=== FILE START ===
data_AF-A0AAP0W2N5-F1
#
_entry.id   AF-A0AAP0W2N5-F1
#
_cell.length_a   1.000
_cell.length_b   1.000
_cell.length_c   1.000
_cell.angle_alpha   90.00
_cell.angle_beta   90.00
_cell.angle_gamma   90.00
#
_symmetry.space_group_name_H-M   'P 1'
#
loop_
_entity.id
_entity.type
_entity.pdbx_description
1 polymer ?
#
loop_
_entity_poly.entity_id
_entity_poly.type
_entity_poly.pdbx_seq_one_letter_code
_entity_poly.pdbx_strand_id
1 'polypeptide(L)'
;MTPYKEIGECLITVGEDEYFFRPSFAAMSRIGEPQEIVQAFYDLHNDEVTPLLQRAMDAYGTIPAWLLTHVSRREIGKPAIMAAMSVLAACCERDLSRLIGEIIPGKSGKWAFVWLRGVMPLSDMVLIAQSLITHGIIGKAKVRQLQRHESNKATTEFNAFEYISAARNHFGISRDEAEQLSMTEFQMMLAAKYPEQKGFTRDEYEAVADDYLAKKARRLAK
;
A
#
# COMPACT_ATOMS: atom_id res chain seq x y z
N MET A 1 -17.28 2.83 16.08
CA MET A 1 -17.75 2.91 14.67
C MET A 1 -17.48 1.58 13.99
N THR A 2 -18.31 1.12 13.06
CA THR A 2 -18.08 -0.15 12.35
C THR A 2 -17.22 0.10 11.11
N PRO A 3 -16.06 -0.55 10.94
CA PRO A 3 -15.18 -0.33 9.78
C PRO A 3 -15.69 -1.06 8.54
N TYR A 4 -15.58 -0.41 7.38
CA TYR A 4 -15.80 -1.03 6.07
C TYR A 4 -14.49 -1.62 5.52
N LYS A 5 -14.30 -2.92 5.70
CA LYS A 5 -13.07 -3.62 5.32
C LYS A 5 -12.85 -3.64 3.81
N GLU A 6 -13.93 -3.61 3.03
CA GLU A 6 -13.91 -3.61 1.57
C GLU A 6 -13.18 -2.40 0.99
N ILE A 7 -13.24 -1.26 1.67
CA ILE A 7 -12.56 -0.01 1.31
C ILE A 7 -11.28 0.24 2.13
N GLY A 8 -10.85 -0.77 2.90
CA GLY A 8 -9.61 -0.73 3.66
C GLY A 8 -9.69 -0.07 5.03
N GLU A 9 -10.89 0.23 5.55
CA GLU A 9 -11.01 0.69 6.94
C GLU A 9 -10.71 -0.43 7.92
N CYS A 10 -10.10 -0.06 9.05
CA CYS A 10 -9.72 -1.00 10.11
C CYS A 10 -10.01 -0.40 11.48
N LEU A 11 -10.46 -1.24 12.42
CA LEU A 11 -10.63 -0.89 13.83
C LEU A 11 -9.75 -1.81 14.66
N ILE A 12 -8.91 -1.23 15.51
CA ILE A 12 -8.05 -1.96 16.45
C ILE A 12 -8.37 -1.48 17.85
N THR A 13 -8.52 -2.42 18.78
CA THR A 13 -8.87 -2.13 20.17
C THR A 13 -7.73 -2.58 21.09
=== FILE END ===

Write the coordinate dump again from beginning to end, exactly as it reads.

data_AF-A0AAP0W2N5-F1
#
_entry.id   AF-A0AAP0W2N5-F1
#
_cell.length_a   1.000
_cell.length_b   1.000
_cell.length_c   1.000
_cell.angle_alpha   90.00
_cell.angle_beta   90.00
_cell.angle_gamma   90.00
#
_symmetry.space_group_name_H-M   'P 1'
#
loop_
_entity.id
_entity.type
_entity.pdbx_description
1 polymer ?
#
loop_
_entity_poly.entity_id
_entity_poly.type
_entity_poly.pdbx_seq_one_letter_code
_entity_poly.pdbx_strand_id
1 'polypeptide(L)'
;MTPYKEIGECLITVGEDEYFFRPSFAAMSRIGEPQEIVQAFYDLHNDEVTPLLQRAMDAYGTIPAWLLTHVSRREIGKPAIMAAMSVLAACCERDLSRLIGEIIPGKSGKWAFVWLRGVMPLSDMVLIAQSLITHGIIGKAKVRQLQRHESNKATTEFNAFEYISAARNHFGISRDEAEQLSMTEFQMMLAAKYPEQKGFTRDEYEAVADDYLAKKARRLAK
;
A
#
# COMPACT_ATOMS: atom_id res chain seq x y z
N MET A 1 -17.28 2.83 16.08
CA MET A 1 -17.75 2.91 14.67
C MET A 1 -17.48 1.58 13.99
N THR A 2 -18.31 1.12 13.06
CA THR A 2 -18.08 -0.15 12.35
C THR A 2 -17.22 0.10 11.11
N PRO A 3 -16.06 -0.55 10.94
CA PRO A 3 -15.18 -0.33 9.78
C PRO A 3 -15.69 -1.06 8.54
N TYR A 4 -15.58 -0.41 7.38
CA TYR A 4 -15.80 -1.03 6.07
C TYR A 4 -14.49 -1.62 5.52
N LYS A 5 -14.30 -2.92 5.70
CA LYS A 5 -13.07 -3.62 5.32
C LYS A 5 -12.85 -3.64 3.81
N GLU A 6 -13.93 -3.61 3.03
CA GLU A 6 -13.91 -3.61 1.57
C GLU A 6 -13.18 -2.40 0.99
N ILE A 7 -13.24 -1.26 1.67
CA ILE A 7 -12.56 -0.01 1.31
C ILE A 7 -11.28 0.24 2.13
N GLY A 8 -10.85 -0.77 2.90
CA GLY A 8 -9.61 -0.73 3.66
C GLY A 8 -9.69 -0.07 5.03
N GLU A 9 -10.89 0.23 5.55
CA GLU A 9 -11.01 0.69 6.94
C GLU A 9 -10.71 -0.43 7.92
N CYS A 10 -10.10 -0.06 9.05
CA CYS A 10 -9.72 -1.00 10.11
C CYS A 10 -10.01 -0.40 11.48
N LEU A 11 -10.46 -1.24 12.42
CA LEU A 11 -10.63 -0.89 13.83
C LEU A 11 -9.75 -1.81 14.66
N ILE A 12 -8.91 -1.23 15.51
CA ILE A 12 -8.05 -1.96 16.45
C ILE A 12 -8.37 -1.48 17.85
N THR A 13 -8.52 -2.42 18.78
CA THR A 13 -8.87 -2.13 20.17
C THR A 13 -7.73 -2.58 21.09